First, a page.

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Supervised or not from low con IP to video


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#1 Frank Barrera

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Posted 14 July 2006 - 10:11 PM

I shot a short 35MM film that has gone through to a release print on Premire 2393.
We are looking to make a Digi Beta Master for a DVD release. We are thinking:
Strike an IP from the cut negative. Then make video tranfer from the IP. Due to the very low key lighting in the film the lab suggested we do a "low con" IP to retain the intended look when we go to video.

We are on an extremely tight budget and wonder whether or not we can do an un supervised transfer from the low con IP and still maintain the look of our release print. Or is a supervised transfer unavoidable?

Or is it possible to do a supervised transfer from one of our release prints and still maintain our look?

ANy thoughts are welcomed

Thanks
FB
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#2 David Mullen ASC

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Posted 14 July 2006 - 11:17 PM

I shot a short 35MM film that has gone through to a release print on Premire 2393.
We are looking to make a Digi Beta Master for a DVD release. We are thinking:
Strike an IP from the cut negative. Then make video tranfer from the IP. Due to the very low key lighting in the film the lab suggested we do a "low con" IP to retain the intended look when we go to video.


There is no such thing as a "low con" IP as opposed to a normal IP -- IP's are already low-con, lower than even a low-con print, which is the other alternative. You can't get any lower-contrast than an IP -- it's pretty close to the gamma of the original negative as is, otherwise you couldn't make release prints from an IP/IN and hope to match the contrast of a print off of the o-neg.

Either your lab meant "low-con IP" as in "the IP is (normally) low-con" or they meant a "low-con print". Low-con prints are much cheaper than IP's but they are not as good -- they are only slightly better than a projection-contrast print, and they are usually made on high-speed continuous contact printers, not step contact printers like the IP might be. An IP would be closest to the quality of the original negative.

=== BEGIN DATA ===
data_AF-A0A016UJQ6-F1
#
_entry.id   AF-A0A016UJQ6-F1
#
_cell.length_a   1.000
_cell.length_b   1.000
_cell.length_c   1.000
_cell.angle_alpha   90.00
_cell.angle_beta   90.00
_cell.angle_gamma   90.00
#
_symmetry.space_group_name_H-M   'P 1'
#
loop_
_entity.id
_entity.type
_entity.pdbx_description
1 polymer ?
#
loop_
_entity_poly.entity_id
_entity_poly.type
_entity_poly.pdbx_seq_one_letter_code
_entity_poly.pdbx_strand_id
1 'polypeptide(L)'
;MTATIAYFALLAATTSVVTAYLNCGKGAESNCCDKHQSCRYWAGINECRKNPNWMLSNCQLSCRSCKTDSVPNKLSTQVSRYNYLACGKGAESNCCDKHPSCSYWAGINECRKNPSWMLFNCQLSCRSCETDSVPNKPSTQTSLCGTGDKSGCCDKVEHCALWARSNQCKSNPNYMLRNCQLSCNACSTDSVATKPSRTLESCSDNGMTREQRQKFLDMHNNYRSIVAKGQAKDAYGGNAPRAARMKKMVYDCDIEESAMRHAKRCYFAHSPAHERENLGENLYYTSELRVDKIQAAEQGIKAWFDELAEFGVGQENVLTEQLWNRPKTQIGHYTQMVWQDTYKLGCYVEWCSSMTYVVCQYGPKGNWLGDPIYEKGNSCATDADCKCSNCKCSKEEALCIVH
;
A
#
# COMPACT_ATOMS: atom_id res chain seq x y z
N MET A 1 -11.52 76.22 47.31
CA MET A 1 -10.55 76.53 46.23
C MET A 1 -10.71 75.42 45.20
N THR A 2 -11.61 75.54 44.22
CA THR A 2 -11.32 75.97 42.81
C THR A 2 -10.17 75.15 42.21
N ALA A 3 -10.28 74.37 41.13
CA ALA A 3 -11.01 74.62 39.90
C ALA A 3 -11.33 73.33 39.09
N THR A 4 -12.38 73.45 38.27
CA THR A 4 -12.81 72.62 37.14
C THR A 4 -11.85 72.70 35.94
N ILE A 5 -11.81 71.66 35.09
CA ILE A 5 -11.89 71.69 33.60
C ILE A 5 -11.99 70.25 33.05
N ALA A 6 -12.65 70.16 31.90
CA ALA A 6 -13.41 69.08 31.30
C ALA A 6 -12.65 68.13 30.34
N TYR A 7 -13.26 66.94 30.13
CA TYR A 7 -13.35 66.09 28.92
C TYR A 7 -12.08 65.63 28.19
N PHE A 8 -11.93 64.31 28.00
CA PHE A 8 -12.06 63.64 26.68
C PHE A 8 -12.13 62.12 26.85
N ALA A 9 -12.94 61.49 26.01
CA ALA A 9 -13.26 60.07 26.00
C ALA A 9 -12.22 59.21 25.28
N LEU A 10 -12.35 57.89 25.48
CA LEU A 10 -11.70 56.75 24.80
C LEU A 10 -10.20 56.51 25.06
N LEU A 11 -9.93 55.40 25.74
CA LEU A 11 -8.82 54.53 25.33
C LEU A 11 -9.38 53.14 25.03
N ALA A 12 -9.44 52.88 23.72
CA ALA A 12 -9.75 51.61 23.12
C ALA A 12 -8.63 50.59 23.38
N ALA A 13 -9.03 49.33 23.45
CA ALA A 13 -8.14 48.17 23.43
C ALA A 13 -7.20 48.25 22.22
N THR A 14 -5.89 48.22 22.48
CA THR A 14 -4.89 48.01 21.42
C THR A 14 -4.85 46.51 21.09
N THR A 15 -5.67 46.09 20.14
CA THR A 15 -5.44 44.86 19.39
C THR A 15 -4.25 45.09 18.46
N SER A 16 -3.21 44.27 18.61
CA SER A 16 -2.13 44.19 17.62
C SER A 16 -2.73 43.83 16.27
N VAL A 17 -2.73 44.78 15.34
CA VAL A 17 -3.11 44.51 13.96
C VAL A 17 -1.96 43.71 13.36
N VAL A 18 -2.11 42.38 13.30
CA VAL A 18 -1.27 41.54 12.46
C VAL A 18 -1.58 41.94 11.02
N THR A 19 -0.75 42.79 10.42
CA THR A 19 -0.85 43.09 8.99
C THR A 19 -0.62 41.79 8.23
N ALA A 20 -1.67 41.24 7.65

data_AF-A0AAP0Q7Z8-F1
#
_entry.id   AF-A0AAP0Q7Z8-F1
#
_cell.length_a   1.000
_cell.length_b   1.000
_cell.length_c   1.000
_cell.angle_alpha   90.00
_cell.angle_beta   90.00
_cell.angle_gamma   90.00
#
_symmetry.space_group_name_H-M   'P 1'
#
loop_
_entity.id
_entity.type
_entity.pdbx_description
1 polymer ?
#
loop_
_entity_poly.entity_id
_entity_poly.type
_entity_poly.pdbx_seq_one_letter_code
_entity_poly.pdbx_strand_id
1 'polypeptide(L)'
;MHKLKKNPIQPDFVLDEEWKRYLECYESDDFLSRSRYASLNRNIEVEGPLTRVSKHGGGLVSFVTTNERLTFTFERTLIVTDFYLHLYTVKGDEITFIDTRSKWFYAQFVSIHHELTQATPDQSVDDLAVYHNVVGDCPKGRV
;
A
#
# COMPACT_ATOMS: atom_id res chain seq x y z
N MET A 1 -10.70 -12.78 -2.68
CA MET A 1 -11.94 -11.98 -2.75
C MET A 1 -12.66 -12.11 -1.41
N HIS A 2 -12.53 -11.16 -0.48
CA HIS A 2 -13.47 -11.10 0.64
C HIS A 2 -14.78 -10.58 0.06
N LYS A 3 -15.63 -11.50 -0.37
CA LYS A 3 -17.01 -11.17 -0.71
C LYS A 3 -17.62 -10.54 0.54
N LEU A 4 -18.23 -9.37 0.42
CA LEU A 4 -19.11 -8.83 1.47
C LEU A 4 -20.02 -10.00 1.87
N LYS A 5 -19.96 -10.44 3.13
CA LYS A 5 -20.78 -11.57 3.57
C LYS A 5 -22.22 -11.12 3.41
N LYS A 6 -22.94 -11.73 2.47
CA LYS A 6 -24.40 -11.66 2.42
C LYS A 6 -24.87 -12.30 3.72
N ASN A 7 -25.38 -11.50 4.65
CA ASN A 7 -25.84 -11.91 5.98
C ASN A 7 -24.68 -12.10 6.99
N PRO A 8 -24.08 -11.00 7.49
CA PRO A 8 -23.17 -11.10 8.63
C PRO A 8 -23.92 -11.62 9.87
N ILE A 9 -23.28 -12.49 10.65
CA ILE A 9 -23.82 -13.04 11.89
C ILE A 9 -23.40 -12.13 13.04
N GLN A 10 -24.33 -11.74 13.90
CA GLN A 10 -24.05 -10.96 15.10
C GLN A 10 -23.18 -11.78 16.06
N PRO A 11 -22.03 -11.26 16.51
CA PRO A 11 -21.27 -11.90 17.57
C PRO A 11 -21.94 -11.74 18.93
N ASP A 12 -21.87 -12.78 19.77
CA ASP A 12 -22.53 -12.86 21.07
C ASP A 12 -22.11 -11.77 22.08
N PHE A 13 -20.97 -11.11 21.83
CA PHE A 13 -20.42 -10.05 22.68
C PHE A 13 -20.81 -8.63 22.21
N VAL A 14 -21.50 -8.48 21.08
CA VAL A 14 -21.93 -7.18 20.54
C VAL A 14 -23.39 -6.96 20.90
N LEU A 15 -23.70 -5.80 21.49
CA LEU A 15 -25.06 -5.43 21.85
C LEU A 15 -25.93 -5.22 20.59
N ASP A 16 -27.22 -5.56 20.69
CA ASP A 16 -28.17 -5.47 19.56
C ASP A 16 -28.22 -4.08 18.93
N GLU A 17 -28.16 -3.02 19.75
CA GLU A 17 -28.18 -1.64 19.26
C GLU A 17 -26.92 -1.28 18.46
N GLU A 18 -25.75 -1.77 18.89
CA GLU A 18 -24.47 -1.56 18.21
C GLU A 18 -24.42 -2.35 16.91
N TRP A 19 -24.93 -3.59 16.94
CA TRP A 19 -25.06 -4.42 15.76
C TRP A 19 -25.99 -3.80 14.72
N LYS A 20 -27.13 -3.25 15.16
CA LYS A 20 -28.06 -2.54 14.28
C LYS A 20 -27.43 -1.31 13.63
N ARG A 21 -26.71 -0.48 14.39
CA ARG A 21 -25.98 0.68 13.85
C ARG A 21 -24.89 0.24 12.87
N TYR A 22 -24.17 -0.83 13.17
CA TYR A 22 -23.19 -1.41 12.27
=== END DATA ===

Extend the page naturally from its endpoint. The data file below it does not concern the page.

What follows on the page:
The only thing else the lab may be suggesting is to have the printer lights, based on your answer printing, for the color-timed IP be trimmed to put an overall lighter image on the IP with more shadow detail, basically a brighter image on the IP, not a lower-contrast one. This would have more shadow detail at the expense of some bright highlight detail.
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#3 Frank Barrera

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Posted 15 July 2006 - 05:06 AM

Okay so we will get the (normally low con) IP. Would it still be somewhat "acceptable" to do an un-supervised transfer?

Thanks much

FB
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#4 Adam Frisch FSF

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Posted 15 July 2006 - 05:41 AM

I wouldn't do an unsupervised grade if I could avoid it. But if you have no choice, then that's how it'll be. Could you master grade in the computer slightly?
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#5 Frank Barrera

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Posted 15 July 2006 - 08:08 AM

I wouldn't do an unsupervised grade if I could avoid it. But if you have no choice, then that's how it'll be. Could you master grade in the computer slightly?